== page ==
Check your assumptions, DeLong edition.

Peter Gourevitch wrote an article for the Washington Post about Federal Reserve policy, with the click bait title “This is why Paul Krugman is wrong about the Federal Reserve.”  In it, he discusses how Krugman criticizes political decisions, both the substance and the verbiage.

Brad DeLong has written a “complete rejection” of this article.  I think DeLong misunderstands the point of Gourevitch’s analysis.

What it really comes down to are Krugman’s assumptions and definitions.  Gourevitch questions these assumptions:

Economists tend to assume that there is a single right answer (even if they disagree bitterly among each other about what the right answer is). They explore what is “correct” from a theoretical point of view and are puzzled when their “correct” ideas are not followed.

Political scientists don’t usually start from the basis that there is a single correct way to do things. Instead, they assume that there is more than one interpretation of what is correct, and try to come up with theories about which “correct” answer is chosen. There is no correct answer when there are competing rival views that are not easily testable in a complex world where one cannot readily carry out controlled experiments with obvious real world interpretations.

Instead, what is “correct” is about judgment and values. It is also about who benefits, who gains, who loses and how. The tolerable levels of unemployment and/or inflation are at some level matters of value, not efficiency.

This is not to say that political scientists don’t have their own hidden assumptions lurking behind their investigations of social reality. But these assumptions may be democratic rather than expert-driven.

A full account of the battles over the Fed policy would require us to step beyond asking bankers and economists what they think and even asking economists what they think. We might instead ask the media to broaden its coverage, by asking a wider range of people about what is “correct” than “just” the economic theorists.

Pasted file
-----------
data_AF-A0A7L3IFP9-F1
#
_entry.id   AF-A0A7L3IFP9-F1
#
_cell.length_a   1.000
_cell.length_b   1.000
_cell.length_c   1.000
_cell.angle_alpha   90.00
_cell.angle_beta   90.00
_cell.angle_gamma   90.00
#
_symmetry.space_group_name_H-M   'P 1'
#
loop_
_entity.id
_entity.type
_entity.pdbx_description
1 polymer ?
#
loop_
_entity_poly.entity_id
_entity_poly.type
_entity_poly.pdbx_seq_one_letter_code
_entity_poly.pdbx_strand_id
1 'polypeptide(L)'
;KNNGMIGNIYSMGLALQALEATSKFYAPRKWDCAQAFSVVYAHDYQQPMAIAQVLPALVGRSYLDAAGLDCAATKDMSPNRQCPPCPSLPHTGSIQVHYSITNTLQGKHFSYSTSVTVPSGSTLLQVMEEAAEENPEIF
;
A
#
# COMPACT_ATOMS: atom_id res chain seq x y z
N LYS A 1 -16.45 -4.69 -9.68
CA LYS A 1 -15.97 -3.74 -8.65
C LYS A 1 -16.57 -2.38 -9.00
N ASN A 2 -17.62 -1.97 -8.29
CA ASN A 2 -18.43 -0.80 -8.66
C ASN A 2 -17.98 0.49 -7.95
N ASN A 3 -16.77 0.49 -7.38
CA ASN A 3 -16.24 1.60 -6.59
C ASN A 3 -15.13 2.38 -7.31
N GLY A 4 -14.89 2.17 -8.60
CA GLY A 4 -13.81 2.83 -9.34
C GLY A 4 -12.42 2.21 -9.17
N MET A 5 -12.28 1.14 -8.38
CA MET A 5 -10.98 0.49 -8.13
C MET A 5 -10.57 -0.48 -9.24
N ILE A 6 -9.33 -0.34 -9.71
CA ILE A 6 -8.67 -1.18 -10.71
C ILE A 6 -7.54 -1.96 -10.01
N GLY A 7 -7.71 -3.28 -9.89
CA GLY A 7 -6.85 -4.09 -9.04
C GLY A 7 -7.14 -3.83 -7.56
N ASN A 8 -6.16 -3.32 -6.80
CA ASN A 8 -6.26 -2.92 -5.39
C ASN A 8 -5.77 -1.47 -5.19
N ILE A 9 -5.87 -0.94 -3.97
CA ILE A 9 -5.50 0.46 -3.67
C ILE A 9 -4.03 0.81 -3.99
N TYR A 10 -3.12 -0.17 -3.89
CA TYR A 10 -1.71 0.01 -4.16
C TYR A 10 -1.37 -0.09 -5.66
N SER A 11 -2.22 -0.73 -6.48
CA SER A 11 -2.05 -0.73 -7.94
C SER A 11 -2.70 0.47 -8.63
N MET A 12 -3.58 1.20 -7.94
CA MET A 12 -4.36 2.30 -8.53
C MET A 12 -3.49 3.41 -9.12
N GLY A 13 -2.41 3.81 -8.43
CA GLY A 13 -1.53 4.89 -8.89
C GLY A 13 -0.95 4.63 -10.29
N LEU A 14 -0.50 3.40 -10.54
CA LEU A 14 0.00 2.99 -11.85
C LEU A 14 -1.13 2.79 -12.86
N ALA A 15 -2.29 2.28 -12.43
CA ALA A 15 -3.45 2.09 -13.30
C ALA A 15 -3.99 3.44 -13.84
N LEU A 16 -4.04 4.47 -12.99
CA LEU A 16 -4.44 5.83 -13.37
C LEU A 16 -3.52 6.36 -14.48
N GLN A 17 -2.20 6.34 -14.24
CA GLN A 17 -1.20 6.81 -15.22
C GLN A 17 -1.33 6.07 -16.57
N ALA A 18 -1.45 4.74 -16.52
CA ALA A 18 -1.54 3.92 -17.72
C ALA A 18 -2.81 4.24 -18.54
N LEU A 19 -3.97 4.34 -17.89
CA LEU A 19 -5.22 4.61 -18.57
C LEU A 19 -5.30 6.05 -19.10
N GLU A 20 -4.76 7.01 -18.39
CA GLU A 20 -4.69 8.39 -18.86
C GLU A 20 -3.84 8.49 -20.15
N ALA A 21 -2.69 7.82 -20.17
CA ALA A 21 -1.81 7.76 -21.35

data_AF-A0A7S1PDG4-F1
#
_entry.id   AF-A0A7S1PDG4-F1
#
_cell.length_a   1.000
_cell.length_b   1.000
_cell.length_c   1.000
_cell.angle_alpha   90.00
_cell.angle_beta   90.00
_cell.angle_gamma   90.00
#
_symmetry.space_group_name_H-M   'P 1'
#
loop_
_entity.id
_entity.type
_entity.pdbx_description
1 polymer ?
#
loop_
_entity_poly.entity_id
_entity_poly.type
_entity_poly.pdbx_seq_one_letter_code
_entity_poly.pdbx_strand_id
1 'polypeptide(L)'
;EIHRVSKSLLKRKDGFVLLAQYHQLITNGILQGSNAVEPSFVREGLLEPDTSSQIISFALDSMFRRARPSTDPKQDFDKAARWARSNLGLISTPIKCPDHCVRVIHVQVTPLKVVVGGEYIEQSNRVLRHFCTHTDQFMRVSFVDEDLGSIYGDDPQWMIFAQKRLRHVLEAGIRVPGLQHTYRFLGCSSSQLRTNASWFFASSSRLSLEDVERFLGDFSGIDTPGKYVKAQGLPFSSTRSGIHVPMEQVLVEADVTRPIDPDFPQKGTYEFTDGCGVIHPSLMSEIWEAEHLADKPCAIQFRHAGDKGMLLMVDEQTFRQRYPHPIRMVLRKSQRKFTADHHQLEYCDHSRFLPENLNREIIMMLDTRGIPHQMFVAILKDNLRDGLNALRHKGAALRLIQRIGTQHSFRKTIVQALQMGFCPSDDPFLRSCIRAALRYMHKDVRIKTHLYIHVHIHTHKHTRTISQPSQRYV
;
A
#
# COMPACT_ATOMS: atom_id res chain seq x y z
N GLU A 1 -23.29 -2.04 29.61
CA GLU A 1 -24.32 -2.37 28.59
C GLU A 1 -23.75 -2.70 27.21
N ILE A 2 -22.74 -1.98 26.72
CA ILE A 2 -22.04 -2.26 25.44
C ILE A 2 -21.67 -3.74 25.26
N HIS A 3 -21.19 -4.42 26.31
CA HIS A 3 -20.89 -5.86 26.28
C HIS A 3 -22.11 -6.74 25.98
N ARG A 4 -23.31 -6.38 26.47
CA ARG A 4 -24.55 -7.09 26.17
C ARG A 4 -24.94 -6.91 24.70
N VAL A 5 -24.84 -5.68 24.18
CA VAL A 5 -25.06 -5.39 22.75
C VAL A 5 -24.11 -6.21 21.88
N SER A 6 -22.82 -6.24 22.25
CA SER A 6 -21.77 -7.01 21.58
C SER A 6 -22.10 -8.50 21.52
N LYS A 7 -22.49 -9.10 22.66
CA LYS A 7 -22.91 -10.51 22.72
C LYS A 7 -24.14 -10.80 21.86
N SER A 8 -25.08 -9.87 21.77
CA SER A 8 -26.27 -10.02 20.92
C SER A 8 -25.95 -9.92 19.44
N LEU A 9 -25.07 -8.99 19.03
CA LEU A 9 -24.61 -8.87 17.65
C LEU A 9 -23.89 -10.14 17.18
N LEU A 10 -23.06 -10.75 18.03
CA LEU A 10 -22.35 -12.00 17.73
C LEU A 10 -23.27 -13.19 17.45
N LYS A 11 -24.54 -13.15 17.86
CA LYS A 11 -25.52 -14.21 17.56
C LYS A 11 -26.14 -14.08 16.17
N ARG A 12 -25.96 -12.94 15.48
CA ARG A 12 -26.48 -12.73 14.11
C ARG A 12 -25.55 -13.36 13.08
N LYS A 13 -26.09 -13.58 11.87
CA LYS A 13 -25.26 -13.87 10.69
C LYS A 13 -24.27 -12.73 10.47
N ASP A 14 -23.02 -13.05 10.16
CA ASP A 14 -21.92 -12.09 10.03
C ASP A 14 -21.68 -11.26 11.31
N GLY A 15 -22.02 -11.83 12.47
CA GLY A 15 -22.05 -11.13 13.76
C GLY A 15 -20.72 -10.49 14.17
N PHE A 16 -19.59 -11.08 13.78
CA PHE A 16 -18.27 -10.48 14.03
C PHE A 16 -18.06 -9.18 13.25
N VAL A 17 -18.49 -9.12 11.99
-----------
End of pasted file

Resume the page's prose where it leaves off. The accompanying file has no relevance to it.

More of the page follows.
As there is usually more than one interpretation of what is correct, theory is not likely to give us a good explanation of what actually gets chosen. And it is not likely to tell us actually what is best from a democratic point of view, taking into account all the benefits and losses to a wide range of the population.

Instead of relying on expertise, we should figure out what people actually want from policy (and map the forces that block or channel their efforts to express and act on their desires).

DeLong rebuts:

For more than a hundred years there has been a broad near-consensus among economists that there is such a thing as a “correct” monetary policy.

Paul Krugman’s point is that the consensus of the 1980 MIT macroeconomics posse is that right now a higher inflation target than 2%/year is appropriate and that raising interest rates is not appropriate. “Opinions of shape of earth differ” or even “There is no correct answer when there are competing rival views that are not easily testable in a complex world where one cannot readily carry out controlled experiments with obvious real world interpretations…” simply does not clear the bar as a criticism.

…every monetary economist worthy of the name has sought a government and a central bank that will pursue a monetary policy that makes Say’s Law true in practice even though it is false in theory. Everyone has sought for a policy that makes the demand for money in conditions of full employment equal to the supply, so that we have neither an excess demand for money and Keynes’s inexpedient Deflation, nor an excess supply of money and Keynes’s unjust Inflation.

There is a single right answer in monetary policy. It is the policy that hits this sweet spot.

Fed policy is intended to control the 2 part goal, inflation and employment.  In order to do this, they typically take actions that we are taught in introductory econ classes will impact GDP (whether or not the Fed actions actually do have these effects in the way that we are taught).  Krugman is assuming that this goal is correct (whether or not he agrees with the actions proposed or taken).

DeLong also starts with Krugman’s assumption that the two part goal of 2% inflation and 5% unemployment is correct, and concludes that there is certainly a right answer, and it is obviously the one that results in that perfect economy balanced eternally at those numbers.  I think DeLong is adding in here an additional assumption, which is that Fed policy is capable of achieving the stated goal.

Gourevitch suggests that what the governed population wants from Fed policy may not be the attempted micromanagement of the global economy, or of the American business cycle.  Especially with these goals being chased in ways that are likely to have second and third order effects that do not appear to be part of the Fed’s consideration.  He is questioning both of these underlying assumptions.  John Hussman has an outstanding post examining how the assumptions regarding Fed actions and their consequences are largely false anyway.

Update:  Krugman has now addressed this himself, as well.  He missed the point, too.


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